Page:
All About Rectal Cancer: Signs, Causes, and Treatments

All About Rectal Cancer: Signs, Causes, and Treatments

All About Rectal Cancer: Signs, Causes, and Treatments

Rectal cancer, like all other cancers, are more treatable with an early diagnosis. It is important to spot the signs and symptoms of rectal cancer as soon as possible to improve the chances of successful treatment and survival. This article will give an overview of rectal cancer. Learn about risk factors, symptoms, and treatments for rectal cancer.

What Is Rectal Cancer?

Rectal cancer is often mentioned in the same breath as colon cancer. Both fall under the umbrella terms “colorectal cancer” and “bowel cancer.” But there are very important differences between them. Intuitively the main difference is the location of the cancer.

The rectum and the colon connect and the large intestine.  The colon is located in the upper end of the large intestine. The rectum is roughly located within the last six inches of the large intestine and connects the colon to the anus (or back passage). Rectal cancer occurs when cancerous cells are formed in the tissue of the rectum.

What Causes Rectal Cancer?

Like all cancers, it is not straightforward to pinpoint a root cause for rectal cancer. Quite simply, the actual cause is not always known. But research has identified a non-exhaustive list of risk factors. Risk factors associated with a disease put someone at a higher risk of developing the disease. The chances of getting a disease will increase with the more risk factors an individual possesses. The magnitude of each risk factor can also influence the likelihood of developing a disease.

Various lifestyle-related risk factors of rectal cancer may include:

  • Overconsumption of red meat
  • Not eating enough vegetables
  • Smoking
  • Drinking alcohol
  • Lack of exercise and being overweight or obese
Risk factors for rectal cancer based on individual characteristics may include:
  • Being aged over 50
  • Being of African descent
  • Having a personal or family history of colorectal cancer
  • Exposure to radiation therapy
Other causes may be an inherited gene mutation condition such as:
  • Lynch Syndrome
  • Familial adenomatous polyposis (FAP).
It is also possible that growths in the rectal lining can become cancerous. Approximately 95% of rectal cancers are adenocarcinoma – this is when cancer starts as a growth formed in a mucus-secreting gland. In the case of rectal cancer, tumors typically begin as polyps that grow in the rectum’s lining.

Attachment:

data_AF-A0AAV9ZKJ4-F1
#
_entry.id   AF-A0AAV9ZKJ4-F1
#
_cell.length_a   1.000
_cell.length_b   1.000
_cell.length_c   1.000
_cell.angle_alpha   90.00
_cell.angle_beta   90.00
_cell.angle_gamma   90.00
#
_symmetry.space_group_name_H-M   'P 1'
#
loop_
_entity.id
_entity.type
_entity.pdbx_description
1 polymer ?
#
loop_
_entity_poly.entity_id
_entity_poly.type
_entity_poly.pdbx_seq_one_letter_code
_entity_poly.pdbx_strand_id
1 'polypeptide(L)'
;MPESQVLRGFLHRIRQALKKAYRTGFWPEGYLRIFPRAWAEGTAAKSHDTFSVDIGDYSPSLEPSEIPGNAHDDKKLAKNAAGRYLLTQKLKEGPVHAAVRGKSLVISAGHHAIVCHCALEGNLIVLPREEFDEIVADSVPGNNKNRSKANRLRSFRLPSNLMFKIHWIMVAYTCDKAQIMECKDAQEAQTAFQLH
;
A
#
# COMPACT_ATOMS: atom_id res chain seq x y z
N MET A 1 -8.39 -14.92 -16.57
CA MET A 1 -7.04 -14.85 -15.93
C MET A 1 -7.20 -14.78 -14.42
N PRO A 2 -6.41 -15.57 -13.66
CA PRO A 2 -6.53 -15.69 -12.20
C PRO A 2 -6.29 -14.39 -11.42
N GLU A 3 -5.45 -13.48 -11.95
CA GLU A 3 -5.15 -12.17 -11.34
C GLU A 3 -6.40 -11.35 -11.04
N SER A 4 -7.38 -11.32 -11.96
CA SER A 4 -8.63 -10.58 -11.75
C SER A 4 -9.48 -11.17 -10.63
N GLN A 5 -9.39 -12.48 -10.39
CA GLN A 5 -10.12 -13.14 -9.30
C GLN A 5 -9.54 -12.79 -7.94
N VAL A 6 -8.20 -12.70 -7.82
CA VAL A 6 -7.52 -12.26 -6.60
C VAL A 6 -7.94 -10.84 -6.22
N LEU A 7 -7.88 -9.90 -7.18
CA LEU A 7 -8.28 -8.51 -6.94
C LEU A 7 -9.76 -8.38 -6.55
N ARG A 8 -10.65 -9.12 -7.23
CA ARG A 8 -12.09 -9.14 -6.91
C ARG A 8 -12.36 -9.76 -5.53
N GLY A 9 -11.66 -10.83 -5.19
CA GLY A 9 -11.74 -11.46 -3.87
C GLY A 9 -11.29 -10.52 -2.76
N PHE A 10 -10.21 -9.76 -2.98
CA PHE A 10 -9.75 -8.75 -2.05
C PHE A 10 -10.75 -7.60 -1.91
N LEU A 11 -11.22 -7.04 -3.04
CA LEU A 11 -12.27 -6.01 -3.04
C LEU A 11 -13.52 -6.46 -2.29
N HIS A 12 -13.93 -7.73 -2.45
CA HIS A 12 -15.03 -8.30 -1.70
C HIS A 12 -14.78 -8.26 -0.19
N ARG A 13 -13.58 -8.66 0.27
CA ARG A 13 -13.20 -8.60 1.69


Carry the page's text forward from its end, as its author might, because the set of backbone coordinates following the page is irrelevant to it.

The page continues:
It is important to note that these risk factors are only indicators of being more statistically likely to develop rectal cancer. You may have many of these factors but do not develop rectal cancer. Conversely, you may not have any of these risk factors and, unfortunately, still develop rectal cancer.

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Symptoms of Rectal Cancer

The symptoms of rectal cancer include:

  • Fatigue
  • Weight loss
  • Blood in stool
  • Diarrhea and/or constipation
  • Abdominal pain
  • Bloating
  • A feeling that you are unable to empty your bowels
In the early stages of rectal cancer, symptoms are less clear. But as the cancer progresses, there will be:
  • Noticeable changes to bowel movement habits,
  • Thin, ribbon-like stool
  • Frequent/substantial rectal bleeding
If rectal cancer has spread to other parts of the body (metastasized), you may exhibit:
  • Persistent cough
  • Bone pain
  • Shortness of breath
  • Loss of appetite
  • Jaundice
  • Swelling in the hands and feet
  • Changes in vision or speech

Types of Rectal Cancer

Other types of rectal cancer include:

  • Gastrointestinal stromal tumors
  • Carcinoid tumors
  • Lymphoma

Treatments for Rectal Cancer

There are two main types of treatment for rectal cancer, either drug therapy or surgery. Usually, some form of surgery is needed for rectal cancer. But a combination of both drugs and surgery can be part of a patient’s treatment plan. How a treatment plan is devised depends on variables such as:

  • The stage of the cancer
  • The probability of the treatment being effective on the specific type of cancer
  • The age of the patient
  • Other health problems the patient may have
  • How the patient feels about possible side effects to the treatment
  • The specific genes or proteins the cancer might have
Types of drug therapy available are:
  • Chemotherapy
  • Targeted therapy
  • Immunotherapy
Types of surgery available are:
  • Trans-anal endoscopic microsurgery (TEM) – the surgeon removes the cancer along with a border (margin) of healthy tissue.
  • Total mesorectal excision (TME) – the surgeon removes the part of the rectum that contains cancer, a border (margin) of healthy tissue around it, and the fatty tissue (mesorectum) around the rectum.
Radiation treatment may be used before or after surgery. This treatment involves aiming high-energy rays to kill cancerous cells.

If you suffer from any of the symptoms highlighted in this article or want more information about treatments and their associated risks and side effects, please contact us for a free consultation today.

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